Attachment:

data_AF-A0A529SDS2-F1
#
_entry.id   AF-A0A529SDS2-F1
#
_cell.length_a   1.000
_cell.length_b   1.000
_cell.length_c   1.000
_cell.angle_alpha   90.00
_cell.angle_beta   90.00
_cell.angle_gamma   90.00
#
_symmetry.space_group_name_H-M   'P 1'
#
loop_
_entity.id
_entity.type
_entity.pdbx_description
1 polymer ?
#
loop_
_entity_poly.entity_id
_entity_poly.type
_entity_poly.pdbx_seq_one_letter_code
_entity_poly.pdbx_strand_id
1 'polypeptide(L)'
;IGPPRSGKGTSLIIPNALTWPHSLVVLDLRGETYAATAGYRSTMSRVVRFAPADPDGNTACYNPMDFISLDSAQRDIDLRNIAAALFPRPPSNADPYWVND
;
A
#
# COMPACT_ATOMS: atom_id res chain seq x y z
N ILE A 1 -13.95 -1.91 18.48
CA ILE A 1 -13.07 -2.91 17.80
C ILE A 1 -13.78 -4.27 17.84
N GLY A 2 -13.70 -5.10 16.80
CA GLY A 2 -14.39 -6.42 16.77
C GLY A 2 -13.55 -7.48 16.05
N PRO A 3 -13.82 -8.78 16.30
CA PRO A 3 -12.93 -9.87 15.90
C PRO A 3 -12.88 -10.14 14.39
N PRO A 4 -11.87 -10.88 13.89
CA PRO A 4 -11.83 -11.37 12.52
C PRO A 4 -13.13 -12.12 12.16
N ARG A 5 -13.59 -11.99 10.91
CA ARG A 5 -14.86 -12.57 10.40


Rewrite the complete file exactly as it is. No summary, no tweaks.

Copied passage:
data_AF-A0A529SDS2-F1
#
_entry.id   AF-A0A529SDS2-F1
#
_cell.length_a   1.000
_cell.length_b   1.000
_cell.length_c   1.000
_cell.angle_alpha   90.00
_cell.angle_beta   90.00
_cell.angle_gamma   90.00
#
_symmetry.space_group_name_H-M   'P 1'
#
loop_
_entity.id
_entity.type
_entity.pdbx_description
1 polymer ?
#
loop_
_entity_poly.entity_id
_entity_poly.type
_entity_poly.pdbx_seq_one_letter_code
_entity_poly.pdbx_strand_id
1 'polypeptide(L)'
;IGPPRSGKGTSLIIPNALTWPHSLVVLDLRGETYAATAGYRSTMSRVVRFAPADPDGNTACYNPMDFISLDSAQRDIDLRNIAAALFPRPPSNADPYWVND
;
A
#
# COMPACT_ATOMS: atom_id res chain seq x y z
N ILE A 1 -13.95 -1.91 18.48
CA ILE A 1 -13.07 -2.91 17.80
C ILE A 1 -13.78 -4.27 17.84
N GLY A 2 -13.70 -5.10 16.80
CA GLY A 2 -14.39 -6.42 16.77
C GLY A 2 -13.55 -7.48 16.05
N PRO A 3 -13.82 -8.78 16.30
CA PRO A 3 -12.93 -9.87 15.90
C PRO A 3 -12.88 -10.14 14.39
N PRO A 4 -11.87 -10.88 13.89
CA PRO A 4 -11.83 -11.37 12.52
C PRO A 4 -13.13 -12.12 12.16
N ARG A 5 -13.59 -11.99 10.91
CA ARG A 5 -14.86 -12.57 10.40